Bug Vinyl in Beverley is helping vinyl in its amazing comeback
GOOD BUSINESS: Neil Harris, owner of Bug Vinyl.
By Hull Daily Mail | Posted: 15 May 2017
It is experiencing a resurrection bigger than the Take That comeback.
Vinyl records are no longer a nostalgic part of the past, consigned to musical legends like David Bowie, The Smiths and The Rolling Stones.
After being overtaken by the cassette tape in the 1980s, the CD in the 1990s and then the internet downloads of today, vinyl records are now making a head-spinning comeback.
The industry has gone full circle and now new store Bug Vinyl, dedicated to vinyl, has opened in Beverley and is enjoying strong business.
PLENTY OF CHOICE: People of all ages are now flocking to record shops.
The shop, in Ladygate, is lined to the walls with artists as diverse as Pink Floyd, Roxy Music and Rag'n'Bone Man.
Owner Neil Harris, who started the business in the Grade II listed building in January has his own theories on why vinyl is now popular again.
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"It's purely because of the quality of the sound," said Mr Harris, who has lived in Beverley for 30 years.
"Vinyl's come a long way from when it first started to lose its popularity. Also you have the artwork on the albums and you can fit more on the LPs now.
"People are realising that their favourite albums from years back, whatever they may be, haven't stood the test of time and of course they'll want to replace the vinyl with a vinyl. You don't want to replace a vinyl with an internet download."
'DOING WELL': Mr Harris opened the shop in January.
Such is the enthusiasm, music lovers queued all the way down the street when Bug Vinyl took part in this year's Record Store Day - an annual event where hundreds of classics are re-released on vinyl, picture disc and cassette and made exclusively available to independent record shops around the country.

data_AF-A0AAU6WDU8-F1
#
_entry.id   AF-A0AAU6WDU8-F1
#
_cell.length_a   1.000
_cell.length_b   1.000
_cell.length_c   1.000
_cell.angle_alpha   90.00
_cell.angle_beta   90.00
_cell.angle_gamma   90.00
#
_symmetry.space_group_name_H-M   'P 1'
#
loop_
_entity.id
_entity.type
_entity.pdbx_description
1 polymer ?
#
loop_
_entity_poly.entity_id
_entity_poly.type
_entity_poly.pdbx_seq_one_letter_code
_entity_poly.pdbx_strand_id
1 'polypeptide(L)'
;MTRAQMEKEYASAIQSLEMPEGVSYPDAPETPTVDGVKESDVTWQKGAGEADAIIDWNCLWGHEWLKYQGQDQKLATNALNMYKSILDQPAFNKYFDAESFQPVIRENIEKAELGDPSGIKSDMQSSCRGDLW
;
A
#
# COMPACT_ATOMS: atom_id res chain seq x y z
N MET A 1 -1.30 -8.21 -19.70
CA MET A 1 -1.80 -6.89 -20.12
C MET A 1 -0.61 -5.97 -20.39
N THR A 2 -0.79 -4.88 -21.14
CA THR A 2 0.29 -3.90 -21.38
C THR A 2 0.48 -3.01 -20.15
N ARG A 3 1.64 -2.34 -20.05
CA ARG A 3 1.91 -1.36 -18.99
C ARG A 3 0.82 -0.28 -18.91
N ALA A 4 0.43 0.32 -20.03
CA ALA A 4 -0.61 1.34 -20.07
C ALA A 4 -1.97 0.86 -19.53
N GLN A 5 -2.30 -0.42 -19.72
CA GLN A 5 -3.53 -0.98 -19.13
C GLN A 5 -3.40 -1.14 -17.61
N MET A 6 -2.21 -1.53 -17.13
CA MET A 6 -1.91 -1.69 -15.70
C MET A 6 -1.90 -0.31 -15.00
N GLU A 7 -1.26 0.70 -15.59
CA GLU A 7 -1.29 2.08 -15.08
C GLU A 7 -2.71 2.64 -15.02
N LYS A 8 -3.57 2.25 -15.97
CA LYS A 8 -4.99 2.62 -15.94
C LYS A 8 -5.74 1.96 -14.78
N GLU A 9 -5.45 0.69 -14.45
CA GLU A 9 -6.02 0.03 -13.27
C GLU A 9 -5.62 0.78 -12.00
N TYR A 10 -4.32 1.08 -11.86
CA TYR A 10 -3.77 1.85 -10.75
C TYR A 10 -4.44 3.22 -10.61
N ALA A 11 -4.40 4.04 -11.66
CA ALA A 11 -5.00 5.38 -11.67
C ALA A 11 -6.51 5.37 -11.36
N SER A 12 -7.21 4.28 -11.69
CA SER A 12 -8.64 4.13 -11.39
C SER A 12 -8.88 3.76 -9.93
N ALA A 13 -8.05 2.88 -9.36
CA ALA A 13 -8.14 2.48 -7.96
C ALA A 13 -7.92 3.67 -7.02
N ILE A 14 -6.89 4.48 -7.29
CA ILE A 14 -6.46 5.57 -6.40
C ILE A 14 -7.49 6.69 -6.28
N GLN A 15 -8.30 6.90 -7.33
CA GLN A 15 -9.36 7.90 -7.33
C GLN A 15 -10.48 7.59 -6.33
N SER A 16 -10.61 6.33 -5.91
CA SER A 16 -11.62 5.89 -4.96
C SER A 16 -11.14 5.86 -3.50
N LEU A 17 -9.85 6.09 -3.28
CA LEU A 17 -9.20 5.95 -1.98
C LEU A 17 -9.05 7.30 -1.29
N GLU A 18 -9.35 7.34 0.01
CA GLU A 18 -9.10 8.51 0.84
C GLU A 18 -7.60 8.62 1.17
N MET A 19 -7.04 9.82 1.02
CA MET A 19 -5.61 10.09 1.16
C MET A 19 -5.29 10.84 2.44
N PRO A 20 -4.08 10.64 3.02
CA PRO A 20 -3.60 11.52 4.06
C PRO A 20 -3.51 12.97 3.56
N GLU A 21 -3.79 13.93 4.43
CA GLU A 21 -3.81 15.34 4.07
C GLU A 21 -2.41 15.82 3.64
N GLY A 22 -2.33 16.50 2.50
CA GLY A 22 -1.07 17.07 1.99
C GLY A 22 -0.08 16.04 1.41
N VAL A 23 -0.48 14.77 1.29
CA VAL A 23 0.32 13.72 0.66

But while nostalgia is playing a big part in vinyl sales now beating downloads in terms of intake, Mr Harris, who describes running the store as "his passion", says men and women of all ages are customers.
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When 35-year-old Radio One DJ Huw Stephens visited Hull last week, one of his first questions to journalists was about the location of the nearest record shop.
"There is no demographic," Mr Harris says. "As far as the people coming in here are concerned, it can literally be a student on their way home from Longcroft looking for a new release.
"We're engaging with some of the artists that come to play in Hull, and ask them if they want to come over and sign a few records and meet fans. We had John Grant in here a few weeks ago, and he was such a nice guy."
Bug Vinyl is not the only record shop in Beverley. Mr Harris says he co-operates with the owner of nearby Minster Records on Eastgate to ensure they "complement each other" rather than compete.
"I don't sell second-hand vinyls," he said. "And he doesn't sell fresh copies. It's an arrangement that's working well for us both."
Plenty of factors are behind this Lazarus-like comeback which can only mean good news for the financial health of the music industry.
And now, the thrill of pulling that large square sleeve off your favourite record can be experienced by a new generation for the very first time, and older ones for the first in a long time.